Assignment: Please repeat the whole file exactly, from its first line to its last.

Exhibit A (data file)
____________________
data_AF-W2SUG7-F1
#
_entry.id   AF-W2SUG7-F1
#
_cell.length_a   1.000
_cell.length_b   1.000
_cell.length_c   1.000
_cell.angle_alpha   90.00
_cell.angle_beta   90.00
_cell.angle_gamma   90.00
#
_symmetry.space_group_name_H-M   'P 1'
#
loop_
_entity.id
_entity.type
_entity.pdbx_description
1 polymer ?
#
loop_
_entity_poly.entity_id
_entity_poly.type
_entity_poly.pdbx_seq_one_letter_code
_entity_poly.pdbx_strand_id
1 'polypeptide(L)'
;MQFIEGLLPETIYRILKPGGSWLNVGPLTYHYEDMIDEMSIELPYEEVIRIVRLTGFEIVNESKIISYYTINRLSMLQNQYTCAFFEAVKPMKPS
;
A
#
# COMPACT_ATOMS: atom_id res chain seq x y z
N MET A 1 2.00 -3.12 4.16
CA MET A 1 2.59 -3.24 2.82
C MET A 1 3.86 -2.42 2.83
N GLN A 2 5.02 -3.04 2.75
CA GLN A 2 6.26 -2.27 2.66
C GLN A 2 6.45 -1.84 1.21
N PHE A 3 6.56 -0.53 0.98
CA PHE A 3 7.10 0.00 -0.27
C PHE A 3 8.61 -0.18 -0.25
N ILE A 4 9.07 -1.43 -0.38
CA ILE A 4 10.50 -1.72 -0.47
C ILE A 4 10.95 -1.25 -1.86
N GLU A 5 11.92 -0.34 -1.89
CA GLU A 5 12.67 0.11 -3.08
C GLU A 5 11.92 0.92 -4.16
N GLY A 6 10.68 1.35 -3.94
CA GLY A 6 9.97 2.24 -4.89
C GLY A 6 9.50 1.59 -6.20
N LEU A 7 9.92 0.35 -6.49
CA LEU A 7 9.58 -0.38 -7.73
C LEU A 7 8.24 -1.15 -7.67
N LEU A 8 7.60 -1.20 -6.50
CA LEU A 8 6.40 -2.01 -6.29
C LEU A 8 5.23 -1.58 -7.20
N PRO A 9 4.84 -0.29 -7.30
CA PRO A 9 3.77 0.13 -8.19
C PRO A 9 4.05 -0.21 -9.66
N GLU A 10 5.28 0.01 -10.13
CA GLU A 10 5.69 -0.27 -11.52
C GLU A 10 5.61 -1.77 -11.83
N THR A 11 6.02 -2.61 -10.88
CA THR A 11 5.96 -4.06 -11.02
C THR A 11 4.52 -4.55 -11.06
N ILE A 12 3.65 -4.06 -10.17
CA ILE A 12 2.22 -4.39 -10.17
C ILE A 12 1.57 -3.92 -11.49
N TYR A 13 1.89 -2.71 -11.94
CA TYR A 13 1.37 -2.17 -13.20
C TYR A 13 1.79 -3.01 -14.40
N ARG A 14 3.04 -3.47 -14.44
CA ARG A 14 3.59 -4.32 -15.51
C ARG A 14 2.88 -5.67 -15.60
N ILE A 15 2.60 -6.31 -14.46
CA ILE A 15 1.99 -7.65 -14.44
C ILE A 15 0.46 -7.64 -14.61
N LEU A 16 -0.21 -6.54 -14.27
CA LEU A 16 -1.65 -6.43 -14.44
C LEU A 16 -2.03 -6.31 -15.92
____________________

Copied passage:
data_AF-W2SUG7-F1
#
_entry.id   AF-W2SUG7-F1
#
_cell.length_a   1.000
_cell.length_b   1.000
_cell.length_c   1.000
_cell.angle_alpha   90.00
_cell.angle_beta   90.00
_cell.angle_gamma   90.00
#
_symmetry.space_group_name_H-M   'P 1'
#
loop_
_entity.id
_entity.type
_entity.pdbx_description
1 polymer ?
#
loop_
_entity_poly.entity_id
_entity_poly.type
_entity_poly.pdbx_seq_one_letter_code
_entity_poly.pdbx_strand_id
1 'polypeptide(L)'
;MQFIEGLLPETIYRILKPGGSWLNVGPLTYHYEDMIDEMSIELPYEEVIRIVRLTGFEIVNESKIISYYTINRLSMLQNQYTCAFFEAVKPMKPS
;
A
#
# COMPACT_ATOMS: atom_id res chain seq x y z
N MET A 1 2.00 -3.12 4.16
CA MET A 1 2.59 -3.24 2.82
C MET A 1 3.86 -2.42 2.83
N GLN A 2 5.02 -3.04 2.75
CA GLN A 2 6.26 -2.27 2.66
C GLN A 2 6.45 -1.84 1.21
N PHE A 3 6.56 -0.53 0.98
CA PHE A 3 7.10 0.00 -0.27
C PHE A 3 8.61 -0.18 -0.25
N ILE A 4 9.07 -1.43 -0.38
CA ILE A 4 10.50 -1.72 -0.47
C ILE A 4 10.95 -1.25 -1.86
N GLU A 5 11.92 -0.34 -1.89
CA GLU A 5 12.67 0.11 -3.08
C GLU A 5 11.92 0.92 -4.16
N GLY A 6 10.68 1.35 -3.94
CA GLY A 6 9.97 2.24 -4.89
C GLY A 6 9.50 1.59 -6.20
N LEU A 7 9.92 0.35 -6.49
CA LEU A 7 9.58 -0.38 -7.73
C LEU A 7 8.24 -1.15 -7.67
N LEU A 8 7.60 -1.20 -6.50
CA LEU A 8 6.40 -2.01 -6.29
C LEU A 8 5.23 -1.58 -7.20
N PRO A 9 4.84 -0.29 -7.30
CA PRO A 9 3.77 0.13 -8.19
C PRO A 9 4.05 -0.21 -9.66
N GLU A 10 5.28 0.01 -10.13
CA GLU A 10 5.69 -0.27 -11.52
C GLU A 10 5.61 -1.77 -11.83
N THR A 11 6.02 -2.61 -10.88
CA THR A 11 5.96 -4.06 -11.02
C THR A 11 4.52 -4.55 -11.06
N ILE A 12 3.65 -4.06 -10.17
CA ILE A 12 2.22 -4.39 -10.17
C ILE A 12 1.57 -3.92 -11.49
N TYR A 13 1.89 -2.71 -11.94
CA TYR A 13 1.37 -2.17 -13.20
C TYR A 13 1.79 -3.01 -14.40
N ARG A 14 3.04 -3.47 -14.44
CA ARG A 14 3.59 -4.32 -15.51
C ARG A 14 2.88 -5.67 -15.60
N ILE A 15 2.60 -6.31 -14.46
CA ILE A 15 1.99 -7.65 -14.44
C ILE A 15 0.46 -7.64 -14.61
N LEU A 16 -0.21 -6.54 -14.27
CA LEU A 16 -1.65 -6.43 -14.44
C LEU A 16 -2.03 -6.31 -15.92